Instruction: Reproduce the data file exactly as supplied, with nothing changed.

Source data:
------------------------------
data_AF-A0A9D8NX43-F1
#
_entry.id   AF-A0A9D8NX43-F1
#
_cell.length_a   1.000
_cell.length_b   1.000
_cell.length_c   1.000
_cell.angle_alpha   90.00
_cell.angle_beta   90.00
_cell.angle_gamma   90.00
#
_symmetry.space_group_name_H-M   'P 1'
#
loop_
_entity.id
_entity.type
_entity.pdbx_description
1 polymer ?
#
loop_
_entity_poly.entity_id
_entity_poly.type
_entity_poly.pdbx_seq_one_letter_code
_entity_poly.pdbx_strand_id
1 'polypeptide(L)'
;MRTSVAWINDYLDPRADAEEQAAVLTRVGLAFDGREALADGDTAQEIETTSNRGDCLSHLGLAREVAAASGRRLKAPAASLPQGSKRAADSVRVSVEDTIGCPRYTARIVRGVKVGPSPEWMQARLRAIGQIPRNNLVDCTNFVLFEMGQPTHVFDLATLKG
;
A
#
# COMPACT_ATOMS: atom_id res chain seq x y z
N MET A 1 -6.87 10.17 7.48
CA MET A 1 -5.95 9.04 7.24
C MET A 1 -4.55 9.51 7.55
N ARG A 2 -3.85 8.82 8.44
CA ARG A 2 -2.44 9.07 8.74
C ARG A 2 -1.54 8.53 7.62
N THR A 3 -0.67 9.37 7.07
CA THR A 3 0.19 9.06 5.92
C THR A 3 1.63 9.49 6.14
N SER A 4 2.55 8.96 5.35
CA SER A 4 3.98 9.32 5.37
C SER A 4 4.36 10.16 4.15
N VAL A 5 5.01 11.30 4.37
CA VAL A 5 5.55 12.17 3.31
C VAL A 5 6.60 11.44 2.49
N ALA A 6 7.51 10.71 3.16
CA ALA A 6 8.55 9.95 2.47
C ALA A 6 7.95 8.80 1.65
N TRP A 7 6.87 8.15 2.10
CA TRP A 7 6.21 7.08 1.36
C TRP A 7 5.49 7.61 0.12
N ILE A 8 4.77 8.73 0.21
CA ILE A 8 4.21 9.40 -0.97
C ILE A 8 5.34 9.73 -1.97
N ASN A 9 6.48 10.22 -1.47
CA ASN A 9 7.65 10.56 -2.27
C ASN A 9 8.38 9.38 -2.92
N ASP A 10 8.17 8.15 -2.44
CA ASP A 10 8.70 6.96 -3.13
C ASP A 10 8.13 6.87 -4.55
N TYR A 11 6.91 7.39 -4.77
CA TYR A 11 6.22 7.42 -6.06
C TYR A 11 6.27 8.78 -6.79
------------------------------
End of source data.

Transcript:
data_AF-A0A9D8NX43-F1
#
_entry.id   AF-A0A9D8NX43-F1
#
_cell.length_a   1.000
_cell.length_b   1.000
_cell.length_c   1.000
_cell.angle_alpha   90.00
_cell.angle_beta   90.00
_cell.angle_gamma   90.00
#
_symmetry.space_group_name_H-M   'P 1'
#
loop_
_entity.id
_entity.type
_entity.pdbx_description
1 polymer ?
#
loop_
_entity_poly.entity_id
_entity_poly.type
_entity_poly.pdbx_seq_one_letter_code
_entity_poly.pdbx_strand_id
1 'polypeptide(L)'
;MRTSVAWINDYLDPRADAEEQAAVLTRVGLAFDGREALADGDTAQEIETTSNRGDCLSHLGLAREVAAASGRRLKAPAASLPQGSKRAADSVRVSVEDTIGCPRYTARIVRGVKVGPSPEWMQARLRAIGQIPRNNLVDCTNFVLFEMGQPTHVFDLATLKG
;
A
#
# COMPACT_ATOMS: atom_id res chain seq x y z
N MET A 1 -6.87 10.17 7.48
CA MET A 1 -5.95 9.04 7.24
C MET A 1 -4.55 9.51 7.55
N ARG A 2 -3.85 8.82 8.44
CA ARG A 2 -2.44 9.07 8.74
C ARG A 2 -1.54 8.53 7.62
N THR A 3 -0.67 9.37 7.07
CA THR A 3 0.19 9.06 5.92
C THR A 3 1.63 9.49 6.14
N SER A 4 2.55 8.96 5.35
CA SER A 4 3.98 9.32 5.37
C SER A 4 4.36 10.16 4.15
N VAL A 5 5.01 11.30 4.37
CA VAL A 5 5.55 12.17 3.31
C VAL A 5 6.60 11.44 2.49
N ALA A 6 7.51 10.71 3.16
CA ALA A 6 8.55 9.95 2.47
C ALA A 6 7.95 8.80 1.65
N TRP A 7 6.87 8.15 2.10
CA TRP A 7 6.21 7.08 1.36
C TRP A 7 5.49 7.61 0.12
N ILE A 8 4.77 8.73 0.21
CA ILE A 8 4.21 9.40 -0.97
C ILE A 8 5.34 9.73 -1.97
N ASN A 9 6.48 10.22 -1.47
CA ASN A 9 7.65 10.56 -2.27
C ASN A 9 8.38 9.38 -2.92
N ASP A 10 8.17 8.15 -2.44
CA ASP A 10 8.70 6.96 -3.13
C ASP A 10 8.13 6.87 -4.55
N TYR A 11 6.91 7.39 -4.77
CA TYR A 11 6.22 7.42 -6.06
C TYR A 11 6.27 8.78 -6.79